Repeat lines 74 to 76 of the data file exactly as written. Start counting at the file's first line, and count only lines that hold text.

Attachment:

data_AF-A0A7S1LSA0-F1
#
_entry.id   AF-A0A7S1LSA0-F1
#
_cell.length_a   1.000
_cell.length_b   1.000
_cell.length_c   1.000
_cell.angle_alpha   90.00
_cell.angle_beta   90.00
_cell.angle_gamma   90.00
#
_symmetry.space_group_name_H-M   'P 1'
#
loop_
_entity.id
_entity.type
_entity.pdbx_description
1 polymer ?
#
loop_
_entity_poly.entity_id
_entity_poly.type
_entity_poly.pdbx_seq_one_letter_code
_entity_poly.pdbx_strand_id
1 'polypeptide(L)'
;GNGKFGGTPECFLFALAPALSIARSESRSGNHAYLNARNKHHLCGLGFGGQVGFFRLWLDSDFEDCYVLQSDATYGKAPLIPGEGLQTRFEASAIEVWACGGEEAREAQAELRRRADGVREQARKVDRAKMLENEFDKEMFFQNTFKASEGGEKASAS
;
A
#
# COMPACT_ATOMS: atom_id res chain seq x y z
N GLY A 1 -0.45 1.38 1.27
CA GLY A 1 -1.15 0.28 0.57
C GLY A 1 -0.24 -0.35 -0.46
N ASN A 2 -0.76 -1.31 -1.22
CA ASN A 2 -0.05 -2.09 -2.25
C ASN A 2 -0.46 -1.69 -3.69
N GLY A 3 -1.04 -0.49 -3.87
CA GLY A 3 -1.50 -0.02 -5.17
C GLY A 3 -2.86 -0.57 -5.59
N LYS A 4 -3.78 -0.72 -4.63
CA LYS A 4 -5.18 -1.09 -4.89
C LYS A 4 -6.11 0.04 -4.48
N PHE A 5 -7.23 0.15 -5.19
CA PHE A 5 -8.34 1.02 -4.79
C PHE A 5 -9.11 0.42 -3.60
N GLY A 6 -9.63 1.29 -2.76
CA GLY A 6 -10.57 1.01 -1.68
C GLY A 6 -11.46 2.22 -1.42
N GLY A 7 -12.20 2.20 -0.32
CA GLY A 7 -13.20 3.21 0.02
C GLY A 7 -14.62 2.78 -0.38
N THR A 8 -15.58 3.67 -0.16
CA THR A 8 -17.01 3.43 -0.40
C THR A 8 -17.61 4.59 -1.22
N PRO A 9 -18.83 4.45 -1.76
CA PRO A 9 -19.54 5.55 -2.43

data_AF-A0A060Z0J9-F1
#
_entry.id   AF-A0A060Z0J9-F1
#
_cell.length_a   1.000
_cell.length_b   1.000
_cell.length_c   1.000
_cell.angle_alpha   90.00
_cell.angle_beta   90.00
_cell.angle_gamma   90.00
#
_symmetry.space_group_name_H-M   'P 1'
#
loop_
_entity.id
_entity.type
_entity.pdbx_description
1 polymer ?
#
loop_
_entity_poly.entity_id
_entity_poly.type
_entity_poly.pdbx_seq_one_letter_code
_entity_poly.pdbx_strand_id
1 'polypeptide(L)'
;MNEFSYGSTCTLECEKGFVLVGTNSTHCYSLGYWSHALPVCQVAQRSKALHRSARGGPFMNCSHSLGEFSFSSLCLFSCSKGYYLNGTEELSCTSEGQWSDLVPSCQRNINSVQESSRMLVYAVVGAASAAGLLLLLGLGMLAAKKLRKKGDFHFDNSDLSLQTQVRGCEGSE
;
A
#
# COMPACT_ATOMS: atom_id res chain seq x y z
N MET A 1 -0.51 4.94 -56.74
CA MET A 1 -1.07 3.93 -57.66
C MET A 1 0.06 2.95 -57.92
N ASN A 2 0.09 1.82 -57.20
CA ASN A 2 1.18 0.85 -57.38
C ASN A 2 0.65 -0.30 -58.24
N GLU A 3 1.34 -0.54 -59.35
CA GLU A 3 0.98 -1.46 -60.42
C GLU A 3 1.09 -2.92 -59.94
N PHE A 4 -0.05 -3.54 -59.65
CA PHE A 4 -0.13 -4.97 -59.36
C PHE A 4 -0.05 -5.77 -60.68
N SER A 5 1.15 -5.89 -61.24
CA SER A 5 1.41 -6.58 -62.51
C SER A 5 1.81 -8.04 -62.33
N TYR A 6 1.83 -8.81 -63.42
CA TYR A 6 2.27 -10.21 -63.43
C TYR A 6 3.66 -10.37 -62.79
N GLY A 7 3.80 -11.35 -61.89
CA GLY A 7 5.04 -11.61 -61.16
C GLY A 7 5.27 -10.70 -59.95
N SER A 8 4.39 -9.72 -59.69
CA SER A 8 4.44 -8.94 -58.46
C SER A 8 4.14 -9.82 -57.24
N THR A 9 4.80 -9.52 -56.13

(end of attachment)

1 polymer ?
#
loop_